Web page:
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Clin Neuropsychol. 2004 May;18(2):284-302.

Practice effect and test-retest reliability of attentional and executive tests in middle-aged to elderly subjects.

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Cognitive Neuroscience Center, Université du Québec à Montréal, Centre-ville, Montréal, Québec, Canada.


There is a lack of data about the practice effect and test-retest reliability (TRR) on many attentional and executive tests in neuropsychology. In this study, 37 subjects aged 52 to 80 were tested three times with an inter-assessment interval of 14 days. The battery included the Rey Auditory Verbal Learning Test, the Stroop interference test, the Letter-Number Sequencing test, Wechsler Adult Intelligence Scale-III (WAIS-III), the Ruff 2 and 7 Selective Attention Test, the Tower of London, the Verbal Fluency test, and simple, choice, and sequential reaction time tests. The results showed that tasks were generally subject to a practice effect, except for those with alternate forms. In all tests, there were a number of scores demonstrating good TRR, but others, although largely used in clinical practice, failed to reach acceptable TRR standards. Usually, time derived scores were associated with the best TRR.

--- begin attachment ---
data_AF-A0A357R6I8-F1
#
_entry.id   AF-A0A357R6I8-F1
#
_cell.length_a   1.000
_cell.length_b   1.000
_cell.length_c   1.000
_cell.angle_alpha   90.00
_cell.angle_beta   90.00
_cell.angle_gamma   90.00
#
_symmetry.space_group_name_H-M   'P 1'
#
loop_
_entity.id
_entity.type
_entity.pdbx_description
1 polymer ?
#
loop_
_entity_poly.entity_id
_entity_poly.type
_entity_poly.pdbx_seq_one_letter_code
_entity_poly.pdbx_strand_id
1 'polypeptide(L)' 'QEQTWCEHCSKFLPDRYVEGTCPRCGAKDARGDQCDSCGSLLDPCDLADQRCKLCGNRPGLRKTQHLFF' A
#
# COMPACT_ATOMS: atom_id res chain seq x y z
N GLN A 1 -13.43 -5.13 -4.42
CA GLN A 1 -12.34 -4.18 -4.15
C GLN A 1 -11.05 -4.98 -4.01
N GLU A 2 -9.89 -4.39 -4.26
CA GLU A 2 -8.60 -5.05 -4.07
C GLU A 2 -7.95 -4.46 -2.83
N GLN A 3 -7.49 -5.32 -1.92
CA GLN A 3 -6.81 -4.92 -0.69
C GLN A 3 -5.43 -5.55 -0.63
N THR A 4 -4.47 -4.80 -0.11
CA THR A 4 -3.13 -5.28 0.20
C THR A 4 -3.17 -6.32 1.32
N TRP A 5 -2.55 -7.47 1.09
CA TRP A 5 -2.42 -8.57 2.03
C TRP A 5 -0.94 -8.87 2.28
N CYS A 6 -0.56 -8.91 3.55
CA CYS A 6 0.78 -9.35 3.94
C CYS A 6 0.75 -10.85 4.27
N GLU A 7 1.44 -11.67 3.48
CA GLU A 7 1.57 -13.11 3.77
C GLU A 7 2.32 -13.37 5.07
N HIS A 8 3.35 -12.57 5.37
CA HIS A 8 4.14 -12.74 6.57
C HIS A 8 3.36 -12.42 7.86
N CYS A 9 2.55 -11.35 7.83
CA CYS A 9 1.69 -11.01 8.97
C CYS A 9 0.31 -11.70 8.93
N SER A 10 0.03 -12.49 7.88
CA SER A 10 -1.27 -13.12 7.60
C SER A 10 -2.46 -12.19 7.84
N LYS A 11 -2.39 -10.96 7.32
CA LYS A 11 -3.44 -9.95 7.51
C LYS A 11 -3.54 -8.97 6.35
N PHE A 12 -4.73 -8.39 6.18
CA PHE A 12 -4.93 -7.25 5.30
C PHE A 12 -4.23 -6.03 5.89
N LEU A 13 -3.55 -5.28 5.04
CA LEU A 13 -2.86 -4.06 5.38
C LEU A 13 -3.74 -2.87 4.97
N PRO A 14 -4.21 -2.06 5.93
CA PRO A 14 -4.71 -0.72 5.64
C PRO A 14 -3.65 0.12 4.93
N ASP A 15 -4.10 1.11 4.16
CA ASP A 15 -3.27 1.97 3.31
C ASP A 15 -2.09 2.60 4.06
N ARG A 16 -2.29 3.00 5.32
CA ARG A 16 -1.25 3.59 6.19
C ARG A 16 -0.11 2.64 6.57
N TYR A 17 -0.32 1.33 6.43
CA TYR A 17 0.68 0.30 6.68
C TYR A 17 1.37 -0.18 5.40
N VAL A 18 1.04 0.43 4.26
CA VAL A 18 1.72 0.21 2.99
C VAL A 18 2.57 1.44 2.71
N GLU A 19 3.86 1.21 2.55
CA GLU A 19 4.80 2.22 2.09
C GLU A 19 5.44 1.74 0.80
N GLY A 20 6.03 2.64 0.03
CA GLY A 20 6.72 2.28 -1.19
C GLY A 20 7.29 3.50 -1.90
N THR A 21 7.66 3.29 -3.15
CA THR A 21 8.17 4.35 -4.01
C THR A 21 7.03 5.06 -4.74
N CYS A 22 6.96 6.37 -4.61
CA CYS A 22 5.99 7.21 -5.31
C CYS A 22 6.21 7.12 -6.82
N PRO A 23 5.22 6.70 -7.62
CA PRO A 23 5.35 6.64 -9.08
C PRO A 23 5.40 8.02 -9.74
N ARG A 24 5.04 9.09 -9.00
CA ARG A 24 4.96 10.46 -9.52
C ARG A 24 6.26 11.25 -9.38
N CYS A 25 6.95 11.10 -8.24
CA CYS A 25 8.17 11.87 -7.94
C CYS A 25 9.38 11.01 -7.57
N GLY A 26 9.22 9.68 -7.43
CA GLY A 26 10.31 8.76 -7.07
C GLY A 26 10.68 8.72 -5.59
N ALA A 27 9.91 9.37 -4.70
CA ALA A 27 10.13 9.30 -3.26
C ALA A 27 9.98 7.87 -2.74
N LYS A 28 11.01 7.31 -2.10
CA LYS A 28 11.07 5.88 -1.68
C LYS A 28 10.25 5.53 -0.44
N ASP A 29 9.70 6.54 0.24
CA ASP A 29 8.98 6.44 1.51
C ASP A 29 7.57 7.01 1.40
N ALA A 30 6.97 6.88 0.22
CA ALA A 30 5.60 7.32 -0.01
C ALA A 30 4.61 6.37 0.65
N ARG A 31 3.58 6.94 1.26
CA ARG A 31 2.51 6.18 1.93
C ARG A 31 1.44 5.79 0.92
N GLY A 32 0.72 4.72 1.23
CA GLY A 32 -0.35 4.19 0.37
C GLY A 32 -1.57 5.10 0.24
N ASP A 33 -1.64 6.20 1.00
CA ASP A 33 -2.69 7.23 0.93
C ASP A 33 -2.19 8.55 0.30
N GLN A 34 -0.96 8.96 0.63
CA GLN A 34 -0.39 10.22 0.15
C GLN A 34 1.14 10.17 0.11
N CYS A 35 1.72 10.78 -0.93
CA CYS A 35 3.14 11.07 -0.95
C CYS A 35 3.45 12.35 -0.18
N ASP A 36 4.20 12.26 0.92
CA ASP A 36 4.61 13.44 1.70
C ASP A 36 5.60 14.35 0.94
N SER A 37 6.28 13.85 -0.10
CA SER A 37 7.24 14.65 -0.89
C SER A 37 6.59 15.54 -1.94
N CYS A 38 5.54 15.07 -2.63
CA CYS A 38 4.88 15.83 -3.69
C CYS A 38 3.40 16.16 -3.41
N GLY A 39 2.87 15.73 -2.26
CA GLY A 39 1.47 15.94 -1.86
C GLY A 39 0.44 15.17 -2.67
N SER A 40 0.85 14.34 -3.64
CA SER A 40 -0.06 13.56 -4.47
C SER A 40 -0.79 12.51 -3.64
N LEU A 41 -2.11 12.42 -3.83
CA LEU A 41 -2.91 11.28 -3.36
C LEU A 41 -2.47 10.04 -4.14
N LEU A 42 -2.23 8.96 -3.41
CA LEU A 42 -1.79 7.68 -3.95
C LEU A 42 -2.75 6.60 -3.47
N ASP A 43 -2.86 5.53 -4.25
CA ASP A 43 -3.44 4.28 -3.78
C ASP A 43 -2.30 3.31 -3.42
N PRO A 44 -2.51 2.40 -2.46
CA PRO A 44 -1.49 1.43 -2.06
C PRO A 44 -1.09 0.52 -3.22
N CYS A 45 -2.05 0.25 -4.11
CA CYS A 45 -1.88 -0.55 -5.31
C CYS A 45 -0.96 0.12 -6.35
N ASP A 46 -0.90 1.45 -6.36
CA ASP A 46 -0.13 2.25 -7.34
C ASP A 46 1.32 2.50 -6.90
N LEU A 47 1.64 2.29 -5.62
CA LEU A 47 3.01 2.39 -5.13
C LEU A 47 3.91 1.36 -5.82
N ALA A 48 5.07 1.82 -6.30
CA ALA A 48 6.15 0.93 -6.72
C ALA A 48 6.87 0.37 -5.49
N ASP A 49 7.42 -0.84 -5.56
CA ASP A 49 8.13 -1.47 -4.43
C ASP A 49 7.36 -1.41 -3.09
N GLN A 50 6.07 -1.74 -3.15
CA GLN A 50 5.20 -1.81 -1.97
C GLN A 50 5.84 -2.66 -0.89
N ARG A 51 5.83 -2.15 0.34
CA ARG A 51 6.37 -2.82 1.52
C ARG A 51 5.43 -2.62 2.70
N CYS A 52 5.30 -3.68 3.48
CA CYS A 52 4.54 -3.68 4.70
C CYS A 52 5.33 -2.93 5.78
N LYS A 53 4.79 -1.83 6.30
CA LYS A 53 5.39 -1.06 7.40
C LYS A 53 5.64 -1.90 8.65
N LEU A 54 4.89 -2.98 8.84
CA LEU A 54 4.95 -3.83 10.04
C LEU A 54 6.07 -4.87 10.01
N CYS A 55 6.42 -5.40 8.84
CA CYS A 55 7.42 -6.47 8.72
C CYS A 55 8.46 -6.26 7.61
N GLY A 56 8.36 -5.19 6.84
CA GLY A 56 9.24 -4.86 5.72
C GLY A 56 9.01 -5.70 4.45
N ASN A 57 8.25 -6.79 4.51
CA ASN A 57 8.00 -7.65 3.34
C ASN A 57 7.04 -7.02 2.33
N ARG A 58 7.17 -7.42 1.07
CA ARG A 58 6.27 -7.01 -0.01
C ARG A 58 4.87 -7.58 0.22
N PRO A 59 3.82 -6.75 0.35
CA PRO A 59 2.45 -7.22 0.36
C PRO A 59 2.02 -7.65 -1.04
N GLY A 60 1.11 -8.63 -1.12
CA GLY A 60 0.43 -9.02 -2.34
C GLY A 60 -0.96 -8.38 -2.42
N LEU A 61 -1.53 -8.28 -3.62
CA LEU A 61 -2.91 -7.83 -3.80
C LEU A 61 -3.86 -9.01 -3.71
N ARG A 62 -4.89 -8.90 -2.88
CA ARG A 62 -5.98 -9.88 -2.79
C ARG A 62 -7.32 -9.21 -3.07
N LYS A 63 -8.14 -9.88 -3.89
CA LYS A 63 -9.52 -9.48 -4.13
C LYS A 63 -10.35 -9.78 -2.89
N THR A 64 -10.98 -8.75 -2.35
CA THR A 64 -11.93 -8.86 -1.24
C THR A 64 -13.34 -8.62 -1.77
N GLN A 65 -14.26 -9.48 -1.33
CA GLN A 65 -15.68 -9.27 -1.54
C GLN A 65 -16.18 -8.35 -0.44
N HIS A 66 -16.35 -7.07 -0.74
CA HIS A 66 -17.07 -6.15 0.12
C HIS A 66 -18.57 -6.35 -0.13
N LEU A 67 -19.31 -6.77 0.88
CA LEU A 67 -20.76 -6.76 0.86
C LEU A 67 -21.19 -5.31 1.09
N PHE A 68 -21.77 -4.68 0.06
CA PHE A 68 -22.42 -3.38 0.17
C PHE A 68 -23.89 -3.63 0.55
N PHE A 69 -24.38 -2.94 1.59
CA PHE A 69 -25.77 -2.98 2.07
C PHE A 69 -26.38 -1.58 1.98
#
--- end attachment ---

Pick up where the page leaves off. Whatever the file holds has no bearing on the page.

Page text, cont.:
[Indexed for MEDLINE]

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